if res.Age > age {
    output = fmt.Sprintf("User %s %s, who's %d can code in the following languages: %s\n", res.FirstName, res.LastName,  res.Age, strings.Join(res.Languages, ", "))    
} else {
    output = fmt.Sprintf("User %s %s must be over %d before we can print their details", res.FirstName, res.LastName, age)

This section will likely seem quite familiar, whether your background is PHP, Java, C/C++, Python, Ruby, or JavaScript; with one small change. In Go, if statements don’t require parenthesis, but do require curly braces.

Here I’m checking if the age of the person, in the converted JSON object, is greater than the age that was passed in as the second function argument.

If so, we print out their full name, age and the languages they can code in. If not, we print a different message, saying that we can’t show details about them.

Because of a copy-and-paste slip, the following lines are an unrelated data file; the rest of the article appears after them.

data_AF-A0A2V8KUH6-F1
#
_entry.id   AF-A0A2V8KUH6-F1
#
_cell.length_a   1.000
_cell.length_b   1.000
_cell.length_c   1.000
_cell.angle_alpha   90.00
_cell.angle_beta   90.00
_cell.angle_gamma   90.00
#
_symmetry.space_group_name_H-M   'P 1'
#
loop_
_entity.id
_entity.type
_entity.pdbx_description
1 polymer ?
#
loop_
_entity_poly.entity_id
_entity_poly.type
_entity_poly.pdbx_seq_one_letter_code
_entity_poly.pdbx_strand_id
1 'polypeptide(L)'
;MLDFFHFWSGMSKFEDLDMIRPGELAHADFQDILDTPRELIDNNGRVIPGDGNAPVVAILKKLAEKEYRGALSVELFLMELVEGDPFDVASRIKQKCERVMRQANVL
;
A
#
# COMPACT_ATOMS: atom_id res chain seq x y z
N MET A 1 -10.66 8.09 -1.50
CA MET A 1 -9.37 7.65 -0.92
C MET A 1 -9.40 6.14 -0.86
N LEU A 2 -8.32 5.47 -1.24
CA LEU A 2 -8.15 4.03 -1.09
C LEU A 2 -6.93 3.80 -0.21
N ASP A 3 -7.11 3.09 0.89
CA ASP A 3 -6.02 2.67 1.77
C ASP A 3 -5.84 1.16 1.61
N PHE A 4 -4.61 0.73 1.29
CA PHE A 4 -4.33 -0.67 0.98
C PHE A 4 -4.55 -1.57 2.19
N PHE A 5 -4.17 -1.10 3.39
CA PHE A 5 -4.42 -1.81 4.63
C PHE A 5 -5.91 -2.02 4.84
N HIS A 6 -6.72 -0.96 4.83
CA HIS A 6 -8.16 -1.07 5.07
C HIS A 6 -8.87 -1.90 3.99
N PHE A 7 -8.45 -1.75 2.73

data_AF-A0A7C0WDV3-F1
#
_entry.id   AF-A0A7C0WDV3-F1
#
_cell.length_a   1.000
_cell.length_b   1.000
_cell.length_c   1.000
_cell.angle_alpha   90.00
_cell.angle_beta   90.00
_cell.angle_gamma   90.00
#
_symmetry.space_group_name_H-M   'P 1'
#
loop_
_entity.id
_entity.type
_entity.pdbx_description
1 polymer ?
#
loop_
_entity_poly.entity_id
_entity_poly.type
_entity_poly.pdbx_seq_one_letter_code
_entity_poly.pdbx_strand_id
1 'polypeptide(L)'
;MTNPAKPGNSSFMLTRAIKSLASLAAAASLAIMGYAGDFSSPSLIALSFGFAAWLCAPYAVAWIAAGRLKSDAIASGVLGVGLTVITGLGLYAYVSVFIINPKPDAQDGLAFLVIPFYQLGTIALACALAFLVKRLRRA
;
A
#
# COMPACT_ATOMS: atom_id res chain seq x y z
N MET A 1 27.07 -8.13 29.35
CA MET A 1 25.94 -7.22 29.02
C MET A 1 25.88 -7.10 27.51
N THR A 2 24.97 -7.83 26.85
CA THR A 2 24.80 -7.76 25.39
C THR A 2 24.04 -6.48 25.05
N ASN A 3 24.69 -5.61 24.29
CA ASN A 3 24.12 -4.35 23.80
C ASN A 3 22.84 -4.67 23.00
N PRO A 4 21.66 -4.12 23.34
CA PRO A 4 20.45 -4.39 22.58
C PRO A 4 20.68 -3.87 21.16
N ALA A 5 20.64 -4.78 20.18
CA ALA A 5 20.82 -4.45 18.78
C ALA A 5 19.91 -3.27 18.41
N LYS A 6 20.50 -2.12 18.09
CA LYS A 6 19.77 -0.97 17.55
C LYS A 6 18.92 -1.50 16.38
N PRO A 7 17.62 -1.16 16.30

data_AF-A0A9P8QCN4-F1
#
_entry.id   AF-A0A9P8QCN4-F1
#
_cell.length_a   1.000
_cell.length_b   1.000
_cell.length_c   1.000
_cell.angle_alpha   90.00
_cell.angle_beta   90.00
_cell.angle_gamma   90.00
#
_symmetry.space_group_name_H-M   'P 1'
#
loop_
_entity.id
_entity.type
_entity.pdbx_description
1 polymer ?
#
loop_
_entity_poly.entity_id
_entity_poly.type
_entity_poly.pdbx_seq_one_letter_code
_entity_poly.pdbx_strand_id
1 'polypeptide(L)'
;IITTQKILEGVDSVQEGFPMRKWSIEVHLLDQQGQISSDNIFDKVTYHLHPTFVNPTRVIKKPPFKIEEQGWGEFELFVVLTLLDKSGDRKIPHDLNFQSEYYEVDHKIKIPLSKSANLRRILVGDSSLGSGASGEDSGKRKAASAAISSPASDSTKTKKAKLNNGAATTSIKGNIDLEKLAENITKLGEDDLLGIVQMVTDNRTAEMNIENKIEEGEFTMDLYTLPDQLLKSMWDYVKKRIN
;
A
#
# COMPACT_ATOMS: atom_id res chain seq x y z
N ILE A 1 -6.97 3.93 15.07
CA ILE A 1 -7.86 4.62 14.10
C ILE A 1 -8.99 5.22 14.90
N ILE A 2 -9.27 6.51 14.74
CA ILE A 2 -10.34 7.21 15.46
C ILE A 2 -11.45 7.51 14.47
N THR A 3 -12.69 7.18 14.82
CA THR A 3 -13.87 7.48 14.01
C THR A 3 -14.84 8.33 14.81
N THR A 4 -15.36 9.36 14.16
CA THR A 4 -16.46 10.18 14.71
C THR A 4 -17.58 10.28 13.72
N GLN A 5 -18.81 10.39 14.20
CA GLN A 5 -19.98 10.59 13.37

Here we see examples of two further standard library packages: fmt.Sprintf and strings.Join. I chose these examples deliberately as they’re likely used in most common web scripting languages which you’re likely familiar with, especially PHP.

fmt.Sprintf will replace placeholders in the first argument string, with those supplied. As languages is an array, I’ve used the strings.Join function, analogous to PHP’s implode function, to convert the array to a string, separating the elements with “’, “.

The result is then assigned to the string variable output.

    return output

At the end of the function, we return output.

func main() {
    var age int = 24
    str := `{"first_name": "Matthew", "last_name": "Setter", "age": 21, "languages": ["php", "javascript", "go"]}`
    fmt.Println(printUserData(str, age))